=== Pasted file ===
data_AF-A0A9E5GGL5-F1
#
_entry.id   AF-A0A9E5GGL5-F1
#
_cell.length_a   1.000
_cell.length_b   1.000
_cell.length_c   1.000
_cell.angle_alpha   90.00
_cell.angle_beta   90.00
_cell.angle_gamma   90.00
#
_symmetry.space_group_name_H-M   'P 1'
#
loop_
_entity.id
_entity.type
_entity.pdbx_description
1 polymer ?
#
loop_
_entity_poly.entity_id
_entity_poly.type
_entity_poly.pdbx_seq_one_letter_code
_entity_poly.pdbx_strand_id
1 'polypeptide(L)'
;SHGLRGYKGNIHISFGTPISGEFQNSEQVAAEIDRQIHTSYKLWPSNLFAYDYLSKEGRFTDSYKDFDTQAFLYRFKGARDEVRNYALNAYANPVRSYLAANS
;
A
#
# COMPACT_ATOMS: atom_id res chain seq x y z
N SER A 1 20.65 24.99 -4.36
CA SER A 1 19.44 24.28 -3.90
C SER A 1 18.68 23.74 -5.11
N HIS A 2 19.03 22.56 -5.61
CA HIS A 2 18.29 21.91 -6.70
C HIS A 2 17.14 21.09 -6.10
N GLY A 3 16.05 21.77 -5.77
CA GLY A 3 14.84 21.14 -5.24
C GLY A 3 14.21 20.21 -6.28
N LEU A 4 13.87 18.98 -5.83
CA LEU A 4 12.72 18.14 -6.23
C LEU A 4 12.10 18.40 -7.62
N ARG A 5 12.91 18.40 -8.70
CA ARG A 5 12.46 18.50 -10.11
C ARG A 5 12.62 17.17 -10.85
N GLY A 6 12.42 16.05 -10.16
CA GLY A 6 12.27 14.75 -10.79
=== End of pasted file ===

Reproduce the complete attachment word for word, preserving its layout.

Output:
data_AF-A0A9E5GGL5-F1
#
_entry.id   AF-A0A9E5GGL5-F1
#
_cell.length_a   1.000
_cell.length_b   1.000
_cell.length_c   1.000
_cell.angle_alpha   90.00
_cell.angle_beta   90.00
_cell.angle_gamma   90.00
#
_symmetry.space_group_name_H-M   'P 1'
#
loop_
_entity.id
_entity.type
_entity.pdbx_description
1 polymer ?
#
loop_
_entity_poly.entity_id
_entity_poly.type
_entity_poly.pdbx_seq_one_letter_code
_entity_poly.pdbx_strand_id
1 'polypeptide(L)'
;SHGLRGYKGNIHISFGTPISGEFQNSEQVAAEIDRQIHTSYKLWPSNLFAYDYLSKEGRFTDSYKDFDTQAFLYRFKGARDEVRNYALNAYANPVRSYLAANS
;
A
#
# COMPACT_ATOMS: atom_id res chain seq x y z
N SER A 1 20.65 24.99 -4.36
CA SER A 1 19.44 24.28 -3.90
C SER A 1 18.68 23.74 -5.11
N HIS A 2 19.03 22.56 -5.61
CA HIS A 2 18.29 21.91 -6.70
C HIS A 2 17.14 21.09 -6.10
N GLY A 3 16.05 21.77 -5.77
CA GLY A 3 14.84 21.14 -5.24
C GLY A 3 14.21 20.21 -6.28
N LEU A 4 13.87 18.98 -5.83
CA LEU A 4 12.72 18.14 -6.23
C LEU A 4 12.10 18.40 -7.62
N ARG A 5 12.91 18.40 -8.70
CA ARG A 5 12.46 18.50 -10.11
C ARG A 5 12.62 17.17 -10.85
N GLY A 6 12.42 16.05 -10.16
CA GLY A 6 12.27 14.75 -10.79